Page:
Small, wonderful mercies!

40 responses to “Small mercies

  1. ksbeth says:

    you learn as you go, and things change from minute to minute. that’s what i learned. in my mom’s home they tried ‘laugh yoga’. residents sat in their chairs and went through a series of arm reaches, exercises, etc. it was to inspire them to stretch, relax and possibly smile or laugh. when they asked my mom what she thought of it, she said, ‘this was the stupidest thing i’ve ever seen.’ ) also, played balloon volleyball over a ‘net’ while in chairs, played 1950s music and had a dance party, etc. they were very creative, but the outcomes depended on how each resident was doing/feeling at any particular moment. never taken personally by the staff or volunteers. and so many touching and funny stories.

    • jmgoyder says:

      Thank you soooo much for this! It is such a relief to know you know how challenging this is. I can do the ad-lib thing easily with Anthony of course, but I get a bit shy in this other job role. I guess the bottom line for me is respect and being a bit spontaneous! Your mother’s comment resembles the kind of response I get if I try to do a structured activity and I totally agree with her!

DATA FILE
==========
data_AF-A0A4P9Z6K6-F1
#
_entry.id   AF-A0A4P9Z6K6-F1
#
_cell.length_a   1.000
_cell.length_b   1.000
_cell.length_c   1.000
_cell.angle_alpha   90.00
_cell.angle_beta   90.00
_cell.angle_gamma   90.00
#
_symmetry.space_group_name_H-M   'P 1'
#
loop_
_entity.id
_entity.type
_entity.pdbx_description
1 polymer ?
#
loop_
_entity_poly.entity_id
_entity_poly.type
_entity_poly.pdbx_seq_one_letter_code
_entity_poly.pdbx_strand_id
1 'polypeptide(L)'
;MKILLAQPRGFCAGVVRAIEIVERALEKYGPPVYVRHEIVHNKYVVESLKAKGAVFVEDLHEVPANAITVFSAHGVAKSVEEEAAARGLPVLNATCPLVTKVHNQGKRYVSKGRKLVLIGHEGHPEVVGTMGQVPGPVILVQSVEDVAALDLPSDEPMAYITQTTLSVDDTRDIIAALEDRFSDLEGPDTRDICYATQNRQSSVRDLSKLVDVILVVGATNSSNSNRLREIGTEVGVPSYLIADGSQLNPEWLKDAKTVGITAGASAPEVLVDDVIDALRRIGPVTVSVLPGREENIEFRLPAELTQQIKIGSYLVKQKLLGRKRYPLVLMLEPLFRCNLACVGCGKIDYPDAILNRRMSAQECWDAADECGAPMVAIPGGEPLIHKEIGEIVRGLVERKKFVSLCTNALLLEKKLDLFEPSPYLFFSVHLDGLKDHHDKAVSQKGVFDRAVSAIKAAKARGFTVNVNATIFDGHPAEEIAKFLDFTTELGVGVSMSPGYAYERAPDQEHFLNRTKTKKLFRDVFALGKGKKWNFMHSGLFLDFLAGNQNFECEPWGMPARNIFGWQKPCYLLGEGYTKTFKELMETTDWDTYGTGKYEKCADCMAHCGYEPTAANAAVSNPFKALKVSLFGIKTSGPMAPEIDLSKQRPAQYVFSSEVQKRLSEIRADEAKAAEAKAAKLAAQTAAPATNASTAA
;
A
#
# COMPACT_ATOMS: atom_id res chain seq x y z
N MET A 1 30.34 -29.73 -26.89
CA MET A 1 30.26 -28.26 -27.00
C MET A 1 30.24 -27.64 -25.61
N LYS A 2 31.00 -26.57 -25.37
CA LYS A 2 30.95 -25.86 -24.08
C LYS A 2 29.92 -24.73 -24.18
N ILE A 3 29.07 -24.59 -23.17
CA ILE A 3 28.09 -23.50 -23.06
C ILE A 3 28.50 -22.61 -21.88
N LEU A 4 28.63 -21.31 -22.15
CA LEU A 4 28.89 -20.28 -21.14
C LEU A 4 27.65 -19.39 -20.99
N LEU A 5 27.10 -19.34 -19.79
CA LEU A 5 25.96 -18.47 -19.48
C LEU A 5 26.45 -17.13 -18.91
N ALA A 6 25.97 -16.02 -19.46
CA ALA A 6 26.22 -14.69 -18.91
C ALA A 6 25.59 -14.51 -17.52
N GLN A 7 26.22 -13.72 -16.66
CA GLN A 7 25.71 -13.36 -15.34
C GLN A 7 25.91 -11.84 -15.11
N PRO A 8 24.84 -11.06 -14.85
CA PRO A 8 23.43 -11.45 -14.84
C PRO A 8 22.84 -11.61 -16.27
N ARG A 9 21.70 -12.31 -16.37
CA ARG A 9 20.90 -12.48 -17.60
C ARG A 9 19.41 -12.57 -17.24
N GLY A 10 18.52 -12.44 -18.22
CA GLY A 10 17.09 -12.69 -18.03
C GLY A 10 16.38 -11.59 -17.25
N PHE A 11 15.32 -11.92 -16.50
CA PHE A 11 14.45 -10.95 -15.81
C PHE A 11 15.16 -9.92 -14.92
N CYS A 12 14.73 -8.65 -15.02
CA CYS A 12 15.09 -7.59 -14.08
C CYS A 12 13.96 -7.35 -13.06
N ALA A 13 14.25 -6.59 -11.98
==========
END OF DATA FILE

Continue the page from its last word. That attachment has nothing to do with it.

2. bulldog says:

    Talking and hugs probably mean more than games anyway…. maybe you should tell them what sterkte means

  3. Vicki says:

    A smile warms the heart.

    So glad J. warmed yours today.


  4. Rhonda says:

    Sounding more and more like a typical holiday gathering at my house back in the day, where the old sisters would huddle on one side of the room, each in their respective ‘special’ chairs.

    A couple would chit chat like clucking chickens (Christy and Gladys)
    Another would just moan and complain (Margaret)
    The youngest and smallest of them would laugh at the others and call them old fussy bodies, then tell a dirty joke (Clara)
    And the oldest and wisest (my Gram Mary) would tell the first two to quiet down, the second to stop complaining, and the to the youngest she’d say “Clara! The kids will hear you!”…then she’d laugh.

    I can think of little else that fills my memory banks with more heart than the older generation of women in our family. I think you are in just the right place Jules…these gals will add as much to your life as you are adding to theirs. xo